Front Page Titles (by Subject) SAMUEL VAUGHAN, JR., TO JAY. - The Correspondence and Public Papers of John Jay, vol. 3 (1782-1793)
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SAMUEL VAUGHAN, JR., TO JAY. - John Jay, The Correspondence and Public Papers of John Jay, vol. 3 (1782-1793) 
The Correspondence and Public Papers of John Jay, ed. Henry P. Johnston, A.M. (New York: G.P. Putnam’s Sons, 1890-93). Vol. 3 (1782-1793).
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SAMUEL VAUGHAN, JR., TO JAY.
Hamstead, Jamaica, 10th Oct., 1788.
By the date of this letter you will perceive that I have met with unexpected disappointments in this Island, since I told you that my return was to be in June last. Indeed they are the inducements of my troubling you at present; for as I am not able personally to take care of my interest I am under the necessity of requesting a little attention to it on the part of my friends, among whom, from your uniform conduct ever since I had the honor of your acquaintance, I may reckon yourself; and upon every other occasion but the present I should add Mrs. Jay, to whom I beg my particular respects. . . .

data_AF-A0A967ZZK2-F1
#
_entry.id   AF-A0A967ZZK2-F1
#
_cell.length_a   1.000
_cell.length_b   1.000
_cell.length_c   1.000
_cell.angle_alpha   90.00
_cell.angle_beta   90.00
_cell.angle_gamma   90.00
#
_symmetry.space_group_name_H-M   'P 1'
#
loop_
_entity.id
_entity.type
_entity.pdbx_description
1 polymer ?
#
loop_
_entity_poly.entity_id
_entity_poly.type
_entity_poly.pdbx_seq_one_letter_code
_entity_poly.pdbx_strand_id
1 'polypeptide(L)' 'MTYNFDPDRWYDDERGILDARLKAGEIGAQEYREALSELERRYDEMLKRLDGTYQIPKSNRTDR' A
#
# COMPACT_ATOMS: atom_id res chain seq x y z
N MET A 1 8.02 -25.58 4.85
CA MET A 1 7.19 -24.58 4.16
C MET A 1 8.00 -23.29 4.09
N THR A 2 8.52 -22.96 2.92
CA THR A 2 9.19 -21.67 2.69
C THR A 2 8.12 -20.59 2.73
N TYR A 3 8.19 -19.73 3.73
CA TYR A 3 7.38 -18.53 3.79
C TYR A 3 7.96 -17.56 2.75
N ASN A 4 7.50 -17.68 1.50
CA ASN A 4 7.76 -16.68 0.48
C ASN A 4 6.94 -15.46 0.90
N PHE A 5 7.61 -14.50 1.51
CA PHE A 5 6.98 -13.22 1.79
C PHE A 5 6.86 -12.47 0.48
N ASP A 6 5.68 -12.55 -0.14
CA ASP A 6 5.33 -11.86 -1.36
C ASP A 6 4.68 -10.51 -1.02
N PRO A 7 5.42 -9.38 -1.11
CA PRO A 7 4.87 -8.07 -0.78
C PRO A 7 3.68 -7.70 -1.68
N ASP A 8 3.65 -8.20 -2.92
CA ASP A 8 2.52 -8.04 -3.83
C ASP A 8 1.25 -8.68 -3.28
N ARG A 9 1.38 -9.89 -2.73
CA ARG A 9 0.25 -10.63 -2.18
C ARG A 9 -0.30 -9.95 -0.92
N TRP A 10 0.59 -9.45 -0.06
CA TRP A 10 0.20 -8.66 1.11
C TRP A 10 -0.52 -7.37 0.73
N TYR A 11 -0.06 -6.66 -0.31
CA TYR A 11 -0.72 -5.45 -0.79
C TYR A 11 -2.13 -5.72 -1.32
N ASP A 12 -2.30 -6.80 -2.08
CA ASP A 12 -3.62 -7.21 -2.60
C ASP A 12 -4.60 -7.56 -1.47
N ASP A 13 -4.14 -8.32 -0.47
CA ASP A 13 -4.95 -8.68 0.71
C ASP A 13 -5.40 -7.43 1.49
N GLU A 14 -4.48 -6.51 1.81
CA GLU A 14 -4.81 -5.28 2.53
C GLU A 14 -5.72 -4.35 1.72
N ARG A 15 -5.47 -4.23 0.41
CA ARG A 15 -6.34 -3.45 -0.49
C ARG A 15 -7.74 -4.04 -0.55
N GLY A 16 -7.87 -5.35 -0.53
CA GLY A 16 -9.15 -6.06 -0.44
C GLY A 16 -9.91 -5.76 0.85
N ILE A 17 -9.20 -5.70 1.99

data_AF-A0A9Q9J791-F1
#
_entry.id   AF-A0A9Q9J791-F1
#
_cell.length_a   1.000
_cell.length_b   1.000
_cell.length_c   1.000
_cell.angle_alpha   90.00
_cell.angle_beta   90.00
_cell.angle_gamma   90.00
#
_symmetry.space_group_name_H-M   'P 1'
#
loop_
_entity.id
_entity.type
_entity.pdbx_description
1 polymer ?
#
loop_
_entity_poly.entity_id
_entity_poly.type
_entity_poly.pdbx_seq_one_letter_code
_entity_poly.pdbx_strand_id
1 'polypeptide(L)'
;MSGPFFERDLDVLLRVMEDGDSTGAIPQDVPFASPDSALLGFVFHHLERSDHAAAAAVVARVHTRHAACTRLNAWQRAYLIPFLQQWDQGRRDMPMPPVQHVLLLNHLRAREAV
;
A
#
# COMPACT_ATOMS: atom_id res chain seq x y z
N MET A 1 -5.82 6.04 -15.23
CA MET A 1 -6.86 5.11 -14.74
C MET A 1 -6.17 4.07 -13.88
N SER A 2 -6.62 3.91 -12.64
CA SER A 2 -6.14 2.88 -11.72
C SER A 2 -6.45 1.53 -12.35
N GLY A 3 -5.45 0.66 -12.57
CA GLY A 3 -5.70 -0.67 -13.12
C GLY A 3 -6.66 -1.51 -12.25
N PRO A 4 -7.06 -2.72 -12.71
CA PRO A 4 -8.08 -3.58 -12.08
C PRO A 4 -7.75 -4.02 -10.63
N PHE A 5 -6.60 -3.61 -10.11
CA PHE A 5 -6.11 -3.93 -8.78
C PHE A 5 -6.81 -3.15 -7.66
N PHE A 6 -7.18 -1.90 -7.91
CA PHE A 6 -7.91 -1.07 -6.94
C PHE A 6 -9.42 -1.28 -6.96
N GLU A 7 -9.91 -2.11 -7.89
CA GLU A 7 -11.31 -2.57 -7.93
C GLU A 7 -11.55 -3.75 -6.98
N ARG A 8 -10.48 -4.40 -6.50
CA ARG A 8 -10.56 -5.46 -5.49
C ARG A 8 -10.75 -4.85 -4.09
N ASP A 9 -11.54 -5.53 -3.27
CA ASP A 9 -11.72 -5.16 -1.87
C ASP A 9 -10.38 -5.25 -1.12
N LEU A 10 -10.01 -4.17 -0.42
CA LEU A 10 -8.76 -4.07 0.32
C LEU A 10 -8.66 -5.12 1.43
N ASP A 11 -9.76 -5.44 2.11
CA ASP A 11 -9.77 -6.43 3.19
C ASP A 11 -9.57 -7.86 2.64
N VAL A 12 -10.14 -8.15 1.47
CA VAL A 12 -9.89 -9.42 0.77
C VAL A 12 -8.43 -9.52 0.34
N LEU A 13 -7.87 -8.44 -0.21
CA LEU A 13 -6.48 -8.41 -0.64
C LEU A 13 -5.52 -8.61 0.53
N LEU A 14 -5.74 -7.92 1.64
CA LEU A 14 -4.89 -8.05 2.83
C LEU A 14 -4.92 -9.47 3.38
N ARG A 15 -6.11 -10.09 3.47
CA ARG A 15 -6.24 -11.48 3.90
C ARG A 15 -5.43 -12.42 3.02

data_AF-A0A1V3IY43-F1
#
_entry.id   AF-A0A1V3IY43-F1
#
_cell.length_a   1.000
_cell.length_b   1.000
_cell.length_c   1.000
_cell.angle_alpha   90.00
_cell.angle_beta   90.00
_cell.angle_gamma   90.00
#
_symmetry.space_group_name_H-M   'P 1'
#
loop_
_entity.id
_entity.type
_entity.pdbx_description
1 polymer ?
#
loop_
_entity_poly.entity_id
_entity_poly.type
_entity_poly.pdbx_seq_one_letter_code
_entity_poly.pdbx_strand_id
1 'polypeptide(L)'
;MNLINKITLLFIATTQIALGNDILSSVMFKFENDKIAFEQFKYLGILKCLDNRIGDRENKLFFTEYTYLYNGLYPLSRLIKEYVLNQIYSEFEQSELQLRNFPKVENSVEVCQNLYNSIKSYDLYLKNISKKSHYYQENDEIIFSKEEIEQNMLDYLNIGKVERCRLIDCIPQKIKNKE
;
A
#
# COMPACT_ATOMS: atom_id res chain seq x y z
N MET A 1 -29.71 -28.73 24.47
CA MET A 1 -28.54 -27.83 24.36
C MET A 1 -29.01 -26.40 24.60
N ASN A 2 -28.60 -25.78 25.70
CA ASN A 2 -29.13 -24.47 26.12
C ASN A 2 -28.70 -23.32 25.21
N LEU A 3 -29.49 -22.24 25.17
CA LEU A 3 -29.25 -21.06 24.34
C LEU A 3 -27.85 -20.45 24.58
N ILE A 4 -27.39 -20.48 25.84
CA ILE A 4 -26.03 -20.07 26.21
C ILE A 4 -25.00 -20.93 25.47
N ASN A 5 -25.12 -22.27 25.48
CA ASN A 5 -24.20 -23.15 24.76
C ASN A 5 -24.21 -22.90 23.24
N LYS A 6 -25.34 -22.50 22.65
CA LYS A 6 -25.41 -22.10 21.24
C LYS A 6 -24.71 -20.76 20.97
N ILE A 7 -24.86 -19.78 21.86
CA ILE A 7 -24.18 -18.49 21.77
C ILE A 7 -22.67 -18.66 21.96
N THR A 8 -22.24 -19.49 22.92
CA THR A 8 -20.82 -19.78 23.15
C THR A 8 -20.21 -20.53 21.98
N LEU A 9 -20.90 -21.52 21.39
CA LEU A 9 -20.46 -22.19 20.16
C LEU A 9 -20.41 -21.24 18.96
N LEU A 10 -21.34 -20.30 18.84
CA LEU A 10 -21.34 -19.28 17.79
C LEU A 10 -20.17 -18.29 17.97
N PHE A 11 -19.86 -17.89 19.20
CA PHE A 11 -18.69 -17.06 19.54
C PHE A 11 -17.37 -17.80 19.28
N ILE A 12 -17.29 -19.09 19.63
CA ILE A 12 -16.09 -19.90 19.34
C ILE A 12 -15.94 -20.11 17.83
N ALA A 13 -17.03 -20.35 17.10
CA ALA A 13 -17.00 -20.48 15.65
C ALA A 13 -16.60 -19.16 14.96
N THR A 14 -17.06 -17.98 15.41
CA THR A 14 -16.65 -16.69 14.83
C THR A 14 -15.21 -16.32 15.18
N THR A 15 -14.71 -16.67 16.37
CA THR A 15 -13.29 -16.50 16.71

The adoption of the New Constitution must have afforded you great satisfaction, as the execution of it will give the first polish to the noble statue formed by the late glorious Revolution. There is no doubt that time will finish it, but the present event gives us reason to expect that the period of its perfection is not so far distant. The progress of reason may be infinitely more rapid than even the increase of money capitals, as represented by your friend Dr. Price’s and Mr. Richard’s calculations. If so, although we have been till this period in gaining the height we have yet attained, our future improvements must be far beyond our wildest imaginations.
I hope Mrs. Jay and yourself enjoy a better state of health than when I had the pleasure of seeing you last. With perfect respect, I remain, Dear Sir,
Your very obedient humble Servant,
Samuel Vaughan, Junr.